The Odd One Out: Sonic Chronicles (3/3)

(This is part 3 of 3 of my report about the progress on Sonic Chronicles. If you haven’t already, please also read part 1 and part 2.)

Now that I had (nearly) everything graphical together, it was time to weave it all together into something approaching fake Sonic Chronicles gameplay.

Windows size

Being a Nintendo DS game, Sonic Chronicles run on two screens of 256x192 each, arranged on top of each other. To make this easy on me, I decided to, for now, force xoreos’ window size to a static 256x384, and draw into it as if it was the two Nintendo DS screen. For the future, we’ll have to think about how to handle scaling.

There’s at least two ways to handle this:

  • Render into two textures, one for the each screen, then scale these
  • Scale and position the pieces separately

The former is the easy way out, but the latter might provide higher quality. There might be a third, a middle way: draw all 2D elements combined with scaling, and render the 3D objects in higher resolution.

Intro panels

To make the game feel a bit more real, I rigged up few static panels showing the various splash screens, and the “Start your adventure” GUI. Note that the button isn’t actually working: it’s really just an image that waits for a mouse click.

Touch to StartTouch to Start Start your AdventureStart your Adventure Chapter 1Chapter 1

Area background

After the intro panels, Sonic Chronicles in xoreos then dumps you right into the first area. Using a static panel again, it displays the mini map on the top screen, and the area background on the bottom screen. With the arrow keys, you can move the camera along the X and Y axes, and the area background panel follows the camera to draw the section.

Area placeables

That was easy enough. I then wasted the better part of a day trying to trace and guess at how the game loads the “placeable” objects, the usable 3D objects in the area. The area description within the ARE file lists all placeables, each with an integer with the “name” of 40023 that seems to be a running ID and an integer called 40018 that’s unique for each type. I.e. collectable rings have a 40018 value of 0, the item chest 6, and the pile of wood in the first area has a value of 15. The model names are listed in appearances.gda. So far, so familiar. However, the model for the wood pile is on row 101, and I failed to find a consistent way to connect those two numbers, 15 and 101, either mathematical or with the help of other data files, that would have worked for other placeables as well.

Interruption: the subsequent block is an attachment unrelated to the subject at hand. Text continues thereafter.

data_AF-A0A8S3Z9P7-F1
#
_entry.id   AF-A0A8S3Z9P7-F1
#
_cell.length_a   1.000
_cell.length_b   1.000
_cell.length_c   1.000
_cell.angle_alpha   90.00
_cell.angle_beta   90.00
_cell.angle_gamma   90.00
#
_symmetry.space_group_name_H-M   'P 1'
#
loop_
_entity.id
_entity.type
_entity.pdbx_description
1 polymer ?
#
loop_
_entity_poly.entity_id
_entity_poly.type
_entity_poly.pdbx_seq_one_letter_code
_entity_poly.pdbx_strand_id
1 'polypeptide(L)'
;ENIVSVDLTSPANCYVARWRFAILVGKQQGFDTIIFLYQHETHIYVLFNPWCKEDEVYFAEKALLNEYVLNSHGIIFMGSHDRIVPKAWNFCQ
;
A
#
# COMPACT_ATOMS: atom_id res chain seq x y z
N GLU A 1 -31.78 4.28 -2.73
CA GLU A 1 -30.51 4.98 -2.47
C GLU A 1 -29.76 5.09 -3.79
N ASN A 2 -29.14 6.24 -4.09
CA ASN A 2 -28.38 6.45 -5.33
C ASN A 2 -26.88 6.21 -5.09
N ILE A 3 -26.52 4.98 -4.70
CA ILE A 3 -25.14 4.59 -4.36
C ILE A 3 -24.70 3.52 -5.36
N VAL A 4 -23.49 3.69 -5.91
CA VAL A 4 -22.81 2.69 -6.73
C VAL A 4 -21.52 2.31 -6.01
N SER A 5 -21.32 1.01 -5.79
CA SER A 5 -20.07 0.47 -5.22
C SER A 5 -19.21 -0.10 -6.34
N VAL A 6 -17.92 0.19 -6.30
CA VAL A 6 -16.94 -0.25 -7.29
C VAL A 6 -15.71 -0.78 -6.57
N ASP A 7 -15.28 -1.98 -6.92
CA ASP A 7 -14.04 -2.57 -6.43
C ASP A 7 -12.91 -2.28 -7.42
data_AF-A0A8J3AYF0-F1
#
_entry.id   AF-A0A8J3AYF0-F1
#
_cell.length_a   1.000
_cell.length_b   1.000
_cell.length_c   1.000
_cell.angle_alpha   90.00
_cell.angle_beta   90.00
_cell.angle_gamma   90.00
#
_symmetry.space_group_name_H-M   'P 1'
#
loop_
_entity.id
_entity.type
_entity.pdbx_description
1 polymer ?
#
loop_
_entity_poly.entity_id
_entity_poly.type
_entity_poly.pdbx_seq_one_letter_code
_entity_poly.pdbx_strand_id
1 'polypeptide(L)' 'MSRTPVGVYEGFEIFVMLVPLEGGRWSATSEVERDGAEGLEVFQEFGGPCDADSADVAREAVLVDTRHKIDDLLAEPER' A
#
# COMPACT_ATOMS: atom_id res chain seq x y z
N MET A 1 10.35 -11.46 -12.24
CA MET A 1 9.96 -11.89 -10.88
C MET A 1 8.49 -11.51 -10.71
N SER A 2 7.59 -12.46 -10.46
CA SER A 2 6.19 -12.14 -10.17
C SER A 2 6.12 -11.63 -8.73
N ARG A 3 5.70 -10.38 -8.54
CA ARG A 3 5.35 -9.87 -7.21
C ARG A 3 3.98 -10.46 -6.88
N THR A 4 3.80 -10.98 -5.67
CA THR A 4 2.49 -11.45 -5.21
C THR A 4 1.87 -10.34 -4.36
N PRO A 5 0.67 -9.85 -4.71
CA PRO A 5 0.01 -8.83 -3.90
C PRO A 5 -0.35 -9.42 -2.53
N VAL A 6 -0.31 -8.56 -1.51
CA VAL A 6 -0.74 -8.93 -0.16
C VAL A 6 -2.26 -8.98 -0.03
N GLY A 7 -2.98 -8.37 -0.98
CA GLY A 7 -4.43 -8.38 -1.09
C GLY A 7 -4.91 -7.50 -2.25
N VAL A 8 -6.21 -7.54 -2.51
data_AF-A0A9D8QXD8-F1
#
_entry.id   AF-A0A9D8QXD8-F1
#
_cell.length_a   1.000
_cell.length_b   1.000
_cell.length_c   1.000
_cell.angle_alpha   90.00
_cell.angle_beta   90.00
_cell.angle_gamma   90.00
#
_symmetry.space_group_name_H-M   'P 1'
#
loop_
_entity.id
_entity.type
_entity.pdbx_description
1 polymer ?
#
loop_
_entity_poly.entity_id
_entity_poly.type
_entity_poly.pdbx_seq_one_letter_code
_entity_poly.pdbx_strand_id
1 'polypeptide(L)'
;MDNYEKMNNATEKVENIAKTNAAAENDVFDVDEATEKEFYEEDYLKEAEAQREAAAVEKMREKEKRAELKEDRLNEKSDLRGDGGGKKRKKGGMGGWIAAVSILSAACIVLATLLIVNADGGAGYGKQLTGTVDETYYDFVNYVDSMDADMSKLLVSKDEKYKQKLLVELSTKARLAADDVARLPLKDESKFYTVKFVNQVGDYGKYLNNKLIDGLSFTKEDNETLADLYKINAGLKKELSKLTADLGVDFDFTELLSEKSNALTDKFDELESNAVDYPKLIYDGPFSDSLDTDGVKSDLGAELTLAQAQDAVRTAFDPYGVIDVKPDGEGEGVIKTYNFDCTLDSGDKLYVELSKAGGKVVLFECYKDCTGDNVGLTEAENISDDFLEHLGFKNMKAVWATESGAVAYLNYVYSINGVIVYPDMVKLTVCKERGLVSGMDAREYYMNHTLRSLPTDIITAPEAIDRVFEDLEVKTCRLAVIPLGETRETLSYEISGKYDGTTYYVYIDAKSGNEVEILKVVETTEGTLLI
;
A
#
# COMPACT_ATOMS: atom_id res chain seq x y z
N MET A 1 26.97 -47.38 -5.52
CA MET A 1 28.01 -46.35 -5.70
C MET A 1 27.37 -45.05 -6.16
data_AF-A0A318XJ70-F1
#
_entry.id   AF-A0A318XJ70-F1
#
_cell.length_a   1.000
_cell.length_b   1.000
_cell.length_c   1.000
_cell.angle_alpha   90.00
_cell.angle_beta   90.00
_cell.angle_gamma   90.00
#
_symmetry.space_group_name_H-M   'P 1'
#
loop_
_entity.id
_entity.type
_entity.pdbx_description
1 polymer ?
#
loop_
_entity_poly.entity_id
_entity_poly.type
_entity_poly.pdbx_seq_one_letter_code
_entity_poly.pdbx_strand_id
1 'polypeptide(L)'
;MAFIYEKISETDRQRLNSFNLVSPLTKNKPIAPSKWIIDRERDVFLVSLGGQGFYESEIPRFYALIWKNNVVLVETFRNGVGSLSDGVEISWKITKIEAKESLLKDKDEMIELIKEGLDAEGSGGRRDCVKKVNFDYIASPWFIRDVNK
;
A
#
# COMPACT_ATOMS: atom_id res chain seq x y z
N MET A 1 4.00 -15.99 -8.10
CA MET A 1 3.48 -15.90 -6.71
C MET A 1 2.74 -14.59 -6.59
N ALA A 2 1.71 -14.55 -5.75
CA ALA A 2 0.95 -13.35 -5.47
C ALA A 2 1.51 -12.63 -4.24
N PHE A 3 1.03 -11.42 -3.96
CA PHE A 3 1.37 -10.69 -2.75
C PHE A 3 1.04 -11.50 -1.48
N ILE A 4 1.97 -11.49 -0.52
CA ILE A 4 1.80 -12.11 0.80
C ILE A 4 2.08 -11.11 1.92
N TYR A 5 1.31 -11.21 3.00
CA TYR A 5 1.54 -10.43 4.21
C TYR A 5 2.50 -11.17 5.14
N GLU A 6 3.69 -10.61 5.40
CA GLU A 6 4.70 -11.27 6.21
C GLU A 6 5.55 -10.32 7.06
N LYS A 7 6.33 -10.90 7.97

With nowhere else to turn, I looked at the disassembly. And I wept. There is no clean way to connect those numbers, because the placeable instantiation is hardcoded: there’s a big old switch with all possible values (43 of them, 0-42) for the integer 40018, with object instantiation for each of them.

To keep it simple for now, I added a little array mapping that type ID onto a row in the appearances.gda. Not all cells are filled yet, but enough that the first area makes sense.

But, to get the models to display correctly, there was still something missing. You see, xoreos sets up a proper perspective projection matrix, where objects in the distance are smaller and all this jazz. Sonic Chronicles, however, uses an orthogonal projection at an angle of 45°. So, I added a method in our GraphicsManager to let the game code select an orthogonal projection instead.

And after some other minor fixes related to this, like scaling the rate of camera movement to fit the 45° angle (so that 3D objects stay at the same point on the background image when you move), and adding the changed orthogonal viewport to our unproject() function (so that detecting that you’ve moused over an object works correctly), the placeables now display and behave correctly within the areas.

Green Hill ZoneGreen Hill Zone Blue Ridge ZoneBlue Ridge Zone Voxai Beta InteriorVoxai Beta Interior

That all?

So, what’s missing? Quite a lot, actually:

Model animations. Those can be both geometry- and texture-based. In geometry-based animations, the bones move around and rotate, leading to different vertex positions. With texture-based animations, the textures move, rotate or scale, or even get replaced by different textures.

Most of the placeable types aren’t yet recognized. Nor do the placeables do anything yet. Nor do we create creatures, triggers and squads. Nor do we have a player character that can move around.

There are also no conversations of any kind implemented yet, and there’s no proper GUI and menu support.

We’re also lacking sound and music. There’s partial documentation for them, though, so it should be relatively easy to manage. Videos, which we still miss too, will be more difficult: we need to reverse-engineer the ActImagine VX video codec, since no one has done that yet.

This all is stuff for the TODO pile, though. Nothing I want to work on at the moment. Of course, we would welcome your contribution, so please, don’t hesitate to contact us if you want to tackle any of these features, or anything else for that matter!

What’s next, then?

If I want to continue on the path of getting all games to show areas, Dragon Age: Origins would be next. We’ll see how well I’ll do there, I guess! :)